The many sides of sprawling Saigon

HCMC/Saigón has 24 districts; most of the tourist attractions are in District One, where the French set up government buildings and an economic center. District Five, however, is the central area of historic Saigon. Cho Lon, or Chinatown, was settled in the late 17th century by ethnic Chinese. It was known by its Cantonese name, Tai-Ngon (Embankment) which was often mistaken for the similar sound ‘Saigon’. It is now dubbed Cholon (Big Market). If you believe the internet, it is the largest Chinatown in the world. We took a tour which began at the Tue Thanh Assembly Hall, which was built in the late 1700s and served many purposes including immigration management and worship hall. A donation gave us the opportunity to make a wish and light some incense which will burn for a week. Following the temple, the tour included a tuk tuk ride to a wholesale market. We walked through stalls filled with everything from hats and shoes to dried fish, all with huge minimum purchases. There is a fountain at the back of the market with a half dragon-half alligator sea monster. There is a fear that this creature lives in the river. All the boats in the river have eyes painted on them to frighten the monsters. No swimming please.

Keeping with our Chinatown experience, our next stop was the Museum of Traditional Medicine, a unique building. A former pharmacist built the home and office-turned museum using wood from old homes across Vietnam. The exhibits share insight into the history of non-Western medicine in Vietnam and the variety of different plants and herbs people used and still use today to cure a variety of illnesses and ailments. There is also a replica of an herb shop and many types of teapots and jars for boiling and storing herbs. Another floor has a large collection of mortar and pestles for preparation of the drugs. It is a beautiful location and is the back drop for lucky new year (Tet) photos to be taken in traditional dress for an auspicious new year.

For a rural respite, we left Chinatown and went to Binh Quoi. This green space along the Saigon River is a replica village of what life was like on the Mekong Delta pre-Industrial Revolution. There are gardens, coconut palms, lakes stocked with elephant ear fish and giant water lilies. No cars or motor bikes in sight. We enjoyed people watching while sipping refreshing beverages.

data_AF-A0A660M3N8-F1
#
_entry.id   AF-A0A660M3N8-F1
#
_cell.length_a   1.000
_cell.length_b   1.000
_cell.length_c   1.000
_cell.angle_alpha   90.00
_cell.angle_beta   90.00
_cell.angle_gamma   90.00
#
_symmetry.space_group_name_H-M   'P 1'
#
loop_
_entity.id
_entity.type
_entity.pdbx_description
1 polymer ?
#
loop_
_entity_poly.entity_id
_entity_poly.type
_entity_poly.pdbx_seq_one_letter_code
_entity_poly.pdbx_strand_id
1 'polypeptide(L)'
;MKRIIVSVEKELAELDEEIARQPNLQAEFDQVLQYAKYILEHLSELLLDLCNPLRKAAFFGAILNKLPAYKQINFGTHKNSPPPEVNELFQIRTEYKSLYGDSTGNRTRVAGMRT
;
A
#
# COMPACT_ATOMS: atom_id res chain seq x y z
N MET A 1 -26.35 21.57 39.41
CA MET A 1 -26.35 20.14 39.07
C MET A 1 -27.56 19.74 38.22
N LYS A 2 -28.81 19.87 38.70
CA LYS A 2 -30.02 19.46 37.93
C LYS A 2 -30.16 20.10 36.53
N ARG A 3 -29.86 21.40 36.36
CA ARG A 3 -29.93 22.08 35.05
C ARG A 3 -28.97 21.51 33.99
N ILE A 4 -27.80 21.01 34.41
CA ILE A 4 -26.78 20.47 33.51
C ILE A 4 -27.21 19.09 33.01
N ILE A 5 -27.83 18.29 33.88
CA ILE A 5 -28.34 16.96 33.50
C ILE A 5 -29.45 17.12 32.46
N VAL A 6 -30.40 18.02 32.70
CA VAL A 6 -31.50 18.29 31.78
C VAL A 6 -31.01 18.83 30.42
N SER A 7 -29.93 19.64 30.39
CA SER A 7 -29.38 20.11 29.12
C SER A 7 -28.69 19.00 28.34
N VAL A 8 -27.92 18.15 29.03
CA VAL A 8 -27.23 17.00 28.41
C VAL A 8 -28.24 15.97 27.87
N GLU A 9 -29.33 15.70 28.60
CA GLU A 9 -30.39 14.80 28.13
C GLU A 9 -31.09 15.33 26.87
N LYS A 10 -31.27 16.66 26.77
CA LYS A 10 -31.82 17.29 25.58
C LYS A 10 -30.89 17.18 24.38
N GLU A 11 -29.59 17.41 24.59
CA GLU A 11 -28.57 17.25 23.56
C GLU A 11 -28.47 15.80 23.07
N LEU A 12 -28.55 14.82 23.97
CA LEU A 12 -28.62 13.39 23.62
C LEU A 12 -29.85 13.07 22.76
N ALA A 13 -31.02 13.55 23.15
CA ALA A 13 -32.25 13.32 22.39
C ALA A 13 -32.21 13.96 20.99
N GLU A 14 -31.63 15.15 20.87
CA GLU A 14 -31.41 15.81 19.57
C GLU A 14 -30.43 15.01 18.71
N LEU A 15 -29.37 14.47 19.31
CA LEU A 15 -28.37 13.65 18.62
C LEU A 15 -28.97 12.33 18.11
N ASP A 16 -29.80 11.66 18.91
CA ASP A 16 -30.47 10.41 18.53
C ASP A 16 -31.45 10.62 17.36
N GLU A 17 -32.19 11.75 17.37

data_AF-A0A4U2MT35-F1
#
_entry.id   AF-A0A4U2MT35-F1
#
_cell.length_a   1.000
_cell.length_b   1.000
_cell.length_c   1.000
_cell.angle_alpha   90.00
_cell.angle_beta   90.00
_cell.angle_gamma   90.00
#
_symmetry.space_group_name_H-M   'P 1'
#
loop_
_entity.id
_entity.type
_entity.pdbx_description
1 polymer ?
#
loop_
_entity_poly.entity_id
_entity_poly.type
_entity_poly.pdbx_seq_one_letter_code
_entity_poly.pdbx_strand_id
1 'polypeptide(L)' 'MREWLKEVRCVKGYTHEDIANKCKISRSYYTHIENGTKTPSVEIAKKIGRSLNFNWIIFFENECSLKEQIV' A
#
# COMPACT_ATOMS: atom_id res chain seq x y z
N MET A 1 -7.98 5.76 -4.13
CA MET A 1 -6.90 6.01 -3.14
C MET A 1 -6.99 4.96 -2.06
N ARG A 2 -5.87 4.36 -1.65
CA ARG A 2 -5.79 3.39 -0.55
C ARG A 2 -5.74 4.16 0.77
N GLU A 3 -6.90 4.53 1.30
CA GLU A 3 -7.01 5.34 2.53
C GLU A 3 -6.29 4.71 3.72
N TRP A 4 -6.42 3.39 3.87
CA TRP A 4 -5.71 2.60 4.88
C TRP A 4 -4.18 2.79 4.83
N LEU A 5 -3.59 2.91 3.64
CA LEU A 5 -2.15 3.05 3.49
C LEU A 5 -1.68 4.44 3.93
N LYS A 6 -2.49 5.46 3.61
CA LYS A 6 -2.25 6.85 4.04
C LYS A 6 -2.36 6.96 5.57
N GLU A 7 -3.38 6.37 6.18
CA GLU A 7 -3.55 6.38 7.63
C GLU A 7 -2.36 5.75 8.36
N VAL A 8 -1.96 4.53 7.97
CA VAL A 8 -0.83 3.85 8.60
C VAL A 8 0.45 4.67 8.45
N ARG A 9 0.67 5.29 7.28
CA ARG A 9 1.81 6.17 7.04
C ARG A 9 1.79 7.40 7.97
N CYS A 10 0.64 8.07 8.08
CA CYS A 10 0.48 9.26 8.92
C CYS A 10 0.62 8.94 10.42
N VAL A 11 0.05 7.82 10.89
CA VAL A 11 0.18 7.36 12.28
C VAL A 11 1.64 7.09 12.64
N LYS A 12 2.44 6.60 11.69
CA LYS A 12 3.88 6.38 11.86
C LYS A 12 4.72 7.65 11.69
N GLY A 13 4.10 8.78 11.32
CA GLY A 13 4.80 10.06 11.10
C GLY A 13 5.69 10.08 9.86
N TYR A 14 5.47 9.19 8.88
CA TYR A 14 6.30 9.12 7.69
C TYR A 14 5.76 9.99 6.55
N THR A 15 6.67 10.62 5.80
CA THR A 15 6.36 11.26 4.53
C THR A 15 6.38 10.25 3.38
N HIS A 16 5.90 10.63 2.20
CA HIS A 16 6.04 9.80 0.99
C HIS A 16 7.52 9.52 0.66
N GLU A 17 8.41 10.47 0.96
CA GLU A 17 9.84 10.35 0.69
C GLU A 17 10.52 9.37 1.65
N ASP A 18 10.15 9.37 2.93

Back in the city we walked past the remarkable People’s Committee of Ho Chi Minh City or Ho Chi Minh City Hall. This French Colonial building is beautiful and takes up a full city block. It’s not open to the public but it is a nice photo opportunity. Close to this is the Cafe Apartments building. This unusual building was constructed in the 1960s and served as housing for government and military personnel during the Vietnam War. It was later abandoned and converted into individual apartment cafes or businesses. Inside you can take the stairs or the elevator to each floor and check out the residential building layout that’s an atypical use for commerce. We took in the view from a cafe on the 8th floor and sipped a local Vietnamese iced mocha coffee. On the walk back to our hotel we came across a quilt shop! What a surprise. There are no fabrics for sale (phew!). Every item is hand quilted. The bon-profit organization Mekong Quilts has helped many women artisans across the Mekong Delta and in some indigenous regions outside of Hanoi and in Cambodia maintain financial stability with jobs that are unaffected by weather.

Pho, caramelizad fish and veggie coconut curry made it another wonderful day in this steamy city.

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